This continuing research is aimed at characterizing, at micro- and nanoscales, the collective molecular events of cellular signaling that are initiated by plasma membrane receptors or ion channels and are highly orchestrated in space and time. Mast cells, which are stimulated by IgE-receptors and play a pivotal role in immune responses, serve as a valuable model system for investigating basic mechanisms by which cells respond to specific stimuli in a noisy environment. Proposed research will build on established thrusts: 1) Delineate with increasing resolution the initiation of stimulated cell signaling with a focus on critical but subtle events occurring at cellular membranes; 2) Translate the advanced technologies and refined hypotheses we have developed in model cells to disruption of cellular processes associated with neurodegenerative diseases. Innovative aspects include advancing an imaging modality of fluorescence correlation spectroscopy (ImFCS) to measure dynamic interactions of signaling-related components within the heterogeneous plasma membrane. The large data sets and robust analytics afforded by ImFCS yield precise values for multi-component diffusion and transient confinement parameters, revealing subtle interactions experienced by selective probes. This and other quantitative fluorescence microscopies will be used to evaluate constitutive and stimulated formation of kinase complexes, membrane trafficking, and mitochondrial dynamics, which are disrupted in cellular pathologies.
Specific Aim 1 will implement ImFCS to measure diffusion properties of transmembrane proteins and proteins anchored to plasma membrane inner and outer leaflets to reveal distinctive environments experienced by these probes before and after antigen-crosslinking of IgE-receptors to initiate transmembrane signaling. We will measure stimulated changes in seconds timescale and collaboratively adapt theoretical models to interpret our results in terms of time-dependent changes of IgE-Fc?RI cluster size as related to early signaling events.
Specific Aim 2 will collaboratively investigate model cells to gain mechanistic insight into cell- based pathologies associated with neurodegeneration. Building on established phenotypes, we will continue to evaluate structural features of ?-synuclein variants that disruptively modulate membrane trafficking and mitochondrial activities in Parkinson?s disease. We will use micro-patterned surfaces and ImFCS to yield new understanding of microglia-mediated hydrolysis of A? fibrils that goes awry in Alzheimer?s disease and phosphatidyl inositol kinase complexes that are disrupted in hypomyelination diseases.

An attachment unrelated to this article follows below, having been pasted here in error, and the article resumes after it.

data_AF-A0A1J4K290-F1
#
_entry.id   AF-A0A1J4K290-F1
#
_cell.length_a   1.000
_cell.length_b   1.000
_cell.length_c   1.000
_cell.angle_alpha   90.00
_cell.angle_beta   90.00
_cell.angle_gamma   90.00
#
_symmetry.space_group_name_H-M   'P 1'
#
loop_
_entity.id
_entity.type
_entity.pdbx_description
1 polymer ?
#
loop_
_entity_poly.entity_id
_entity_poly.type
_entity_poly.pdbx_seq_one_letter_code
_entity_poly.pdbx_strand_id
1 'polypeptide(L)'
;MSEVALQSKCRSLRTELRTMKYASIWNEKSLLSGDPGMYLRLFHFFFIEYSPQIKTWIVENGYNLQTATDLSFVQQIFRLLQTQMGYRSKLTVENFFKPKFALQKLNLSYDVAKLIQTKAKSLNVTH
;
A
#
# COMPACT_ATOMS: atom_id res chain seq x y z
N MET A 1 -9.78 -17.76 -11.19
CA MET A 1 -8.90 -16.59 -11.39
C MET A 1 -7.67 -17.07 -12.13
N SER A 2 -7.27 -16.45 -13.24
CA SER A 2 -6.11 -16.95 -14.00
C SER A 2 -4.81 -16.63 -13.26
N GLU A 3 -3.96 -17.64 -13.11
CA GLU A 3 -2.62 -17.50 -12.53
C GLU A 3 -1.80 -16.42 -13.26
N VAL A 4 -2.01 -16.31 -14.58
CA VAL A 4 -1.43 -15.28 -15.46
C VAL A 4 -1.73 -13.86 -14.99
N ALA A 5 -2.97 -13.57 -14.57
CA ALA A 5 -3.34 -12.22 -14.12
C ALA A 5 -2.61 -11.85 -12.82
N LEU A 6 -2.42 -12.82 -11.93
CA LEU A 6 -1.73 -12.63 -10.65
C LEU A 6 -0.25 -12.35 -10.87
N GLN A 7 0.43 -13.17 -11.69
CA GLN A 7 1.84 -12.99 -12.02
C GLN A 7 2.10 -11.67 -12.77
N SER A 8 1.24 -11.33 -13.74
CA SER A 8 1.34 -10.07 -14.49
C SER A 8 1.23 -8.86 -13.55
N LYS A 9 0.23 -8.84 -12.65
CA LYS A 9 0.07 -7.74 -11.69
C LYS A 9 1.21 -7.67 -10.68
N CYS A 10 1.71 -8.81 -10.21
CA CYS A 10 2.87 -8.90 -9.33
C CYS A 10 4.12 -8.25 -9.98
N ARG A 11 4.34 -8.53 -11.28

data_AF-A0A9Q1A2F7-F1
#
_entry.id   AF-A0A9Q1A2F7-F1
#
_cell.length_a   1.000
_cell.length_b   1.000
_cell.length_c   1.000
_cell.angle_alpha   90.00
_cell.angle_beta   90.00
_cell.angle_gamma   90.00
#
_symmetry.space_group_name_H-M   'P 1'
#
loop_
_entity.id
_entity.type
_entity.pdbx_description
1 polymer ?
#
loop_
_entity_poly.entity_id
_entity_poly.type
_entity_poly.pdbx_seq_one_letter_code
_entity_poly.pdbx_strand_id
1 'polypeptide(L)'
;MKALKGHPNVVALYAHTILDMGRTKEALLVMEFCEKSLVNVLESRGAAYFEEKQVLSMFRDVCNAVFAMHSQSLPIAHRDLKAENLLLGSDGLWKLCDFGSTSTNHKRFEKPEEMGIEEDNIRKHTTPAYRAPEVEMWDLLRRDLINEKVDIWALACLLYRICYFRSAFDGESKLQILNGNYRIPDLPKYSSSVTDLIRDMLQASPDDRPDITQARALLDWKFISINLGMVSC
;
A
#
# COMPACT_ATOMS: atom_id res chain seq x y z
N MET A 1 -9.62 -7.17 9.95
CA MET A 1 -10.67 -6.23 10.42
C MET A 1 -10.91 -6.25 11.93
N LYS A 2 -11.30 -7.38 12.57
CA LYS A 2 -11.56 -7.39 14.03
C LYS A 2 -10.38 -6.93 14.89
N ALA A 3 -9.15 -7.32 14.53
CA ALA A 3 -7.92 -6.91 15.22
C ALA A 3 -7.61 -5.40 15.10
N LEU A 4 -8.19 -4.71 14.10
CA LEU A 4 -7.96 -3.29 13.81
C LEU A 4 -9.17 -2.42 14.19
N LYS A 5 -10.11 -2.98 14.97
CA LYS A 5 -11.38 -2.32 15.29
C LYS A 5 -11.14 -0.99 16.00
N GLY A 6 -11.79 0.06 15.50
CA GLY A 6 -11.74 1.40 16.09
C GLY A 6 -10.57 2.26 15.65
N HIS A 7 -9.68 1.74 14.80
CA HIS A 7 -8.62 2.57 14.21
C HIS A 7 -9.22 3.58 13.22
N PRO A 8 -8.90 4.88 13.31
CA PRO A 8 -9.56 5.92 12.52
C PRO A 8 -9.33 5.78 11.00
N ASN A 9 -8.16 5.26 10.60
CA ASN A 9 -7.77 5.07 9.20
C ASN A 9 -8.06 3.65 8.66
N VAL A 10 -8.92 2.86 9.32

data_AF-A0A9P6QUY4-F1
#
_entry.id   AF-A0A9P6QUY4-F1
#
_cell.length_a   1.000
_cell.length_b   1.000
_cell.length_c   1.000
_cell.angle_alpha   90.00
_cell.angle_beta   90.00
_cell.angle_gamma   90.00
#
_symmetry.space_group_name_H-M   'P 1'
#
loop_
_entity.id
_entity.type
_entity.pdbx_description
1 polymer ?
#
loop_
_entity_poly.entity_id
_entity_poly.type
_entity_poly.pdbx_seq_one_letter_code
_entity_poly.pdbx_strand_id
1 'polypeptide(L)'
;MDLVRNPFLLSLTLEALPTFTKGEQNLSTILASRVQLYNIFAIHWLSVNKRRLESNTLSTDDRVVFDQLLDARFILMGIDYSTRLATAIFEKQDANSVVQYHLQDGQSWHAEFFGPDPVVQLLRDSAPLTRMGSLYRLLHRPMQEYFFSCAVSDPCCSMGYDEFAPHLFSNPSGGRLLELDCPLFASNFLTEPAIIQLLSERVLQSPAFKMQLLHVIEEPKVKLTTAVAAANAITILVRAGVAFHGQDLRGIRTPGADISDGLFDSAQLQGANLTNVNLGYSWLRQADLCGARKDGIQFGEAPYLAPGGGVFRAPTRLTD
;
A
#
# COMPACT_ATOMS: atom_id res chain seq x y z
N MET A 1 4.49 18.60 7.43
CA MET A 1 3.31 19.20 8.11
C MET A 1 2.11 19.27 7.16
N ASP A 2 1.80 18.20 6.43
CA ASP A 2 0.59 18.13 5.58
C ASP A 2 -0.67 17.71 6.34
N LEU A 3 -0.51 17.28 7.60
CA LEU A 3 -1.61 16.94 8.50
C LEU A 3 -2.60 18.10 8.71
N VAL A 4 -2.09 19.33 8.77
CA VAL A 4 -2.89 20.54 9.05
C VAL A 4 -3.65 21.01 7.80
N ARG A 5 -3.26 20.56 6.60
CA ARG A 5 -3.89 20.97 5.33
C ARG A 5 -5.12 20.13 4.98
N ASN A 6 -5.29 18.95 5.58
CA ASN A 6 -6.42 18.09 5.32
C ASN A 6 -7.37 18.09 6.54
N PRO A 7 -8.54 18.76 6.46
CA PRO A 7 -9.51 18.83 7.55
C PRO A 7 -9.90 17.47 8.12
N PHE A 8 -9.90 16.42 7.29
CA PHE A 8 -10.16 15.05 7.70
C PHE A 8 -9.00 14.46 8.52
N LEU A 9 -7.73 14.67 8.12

Public Health Relevance

The heterogeneous plasma membrane milieu of eukaryotic cells maintains a steady state of protein and lipid interactions that support basal cell function and, while serving as a selective barrier, is poised to respond appropriately to environmental stimuli. A primary goal of our continuing studies is molecular level elucidation of the structural interactions occurring within the dynamic plasma membrane that are altered by antigen crosslinking of IgE-Receptors to initiate intracellular signaling cascades in the allergic immune response. We will also engage in highly collaborative studies to translate insight and high-resolution approaches gained from detailed characterization of this model cell system to investigate membrane interactions that participate in neurological cell activities and are disrupted in neurodegenerative diseases.

Agency
National Institute of Health (NIH)
Institute
National Institute of General Medical Sciences (NIGMS)
Type
Research Project (R01)
Project #
2R01GM117552-36
Application #
9838516
Study Section
Special Emphasis Panel (ZRG1)
Program Officer
Melillo, Amanda A
Project Start
1981-08-01
Project End
2023-12-31
Budget Start
2020-01-01
Budget End
2020-12-31
Support Year
36
Fiscal Year
2020
Total Cost
Indirect Cost
Name
Cornell University
Department
Chemistry
Type
Schools of Arts and Sciences
DUNS #
872612445
City
Ithaca
State
NY
Country
United States
Zip Code
14850
Holowka, David; Thanapuasuwan, Kankanit; Baird, Barbara (2018) Short chain ceramides disrupt immunoreceptor signaling by inhibiting segregation of Lo from Ld Plasma membrane components. Biol Open 7:
Mitra, Eshan D; Whitehead, Samuel C; Holowka, David et al. (2018) Computation of a Theoretical Membrane Phase Diagram and the Role of Phase in Lipid-Raft-Mediated Protein Organization. J Phys Chem B 122:3500-3513
Wakefield, Devin L; Holowka, David; Baird, Barbara (2017) The Fc?RI Signaling Cascade and Integrin Trafficking Converge at Patterned Ligand Surfaces. Mol Biol Cell :
Holowka, David; Baird, Barbara (2017) Mechanisms of epidermal growth factor receptor signaling as characterized by patterned ligand activation and mutational analysis. Biochim Biophys Acta Biomembr 1859:1430-1435
Korzeniowski, Marek K; Wisniewski, Eva; Baird, Barbara et al. (2017) Molecular anatomy of the early events in STIM1 activation - oligomerization or conformational change? J Cell Sci 130:2821-2832
Holowka, David; Baird, Barbara (2016) Roles for lipid heterogeneity in immunoreceptor signaling. Biochim Biophys Acta 1861:830-836
Wilson, Joshua D; Shelby, Sarah A; Holowka, David et al. (2016) Rab11 Regulates the Mast Cell Exocytic Response. Traffic 17:1027-41
Shelby, Sarah A; Veatch, Sarah L; Holowka, David A et al. (2016) Functional nanoscale coupling of Lyn kinase with IgE-Fc?RI is restricted by the actin cytoskeleton in early antigen-stimulated signaling. Mol Biol Cell 27:3645-3658
Sun, Chao; Wakefield, Devin L; Han, Yimo et al. (2016) Graphene Oxide Nanosheets Stimulate Ruffling and Shedding of Mammalian Cell Plasma Membranes. Chem 1:273-286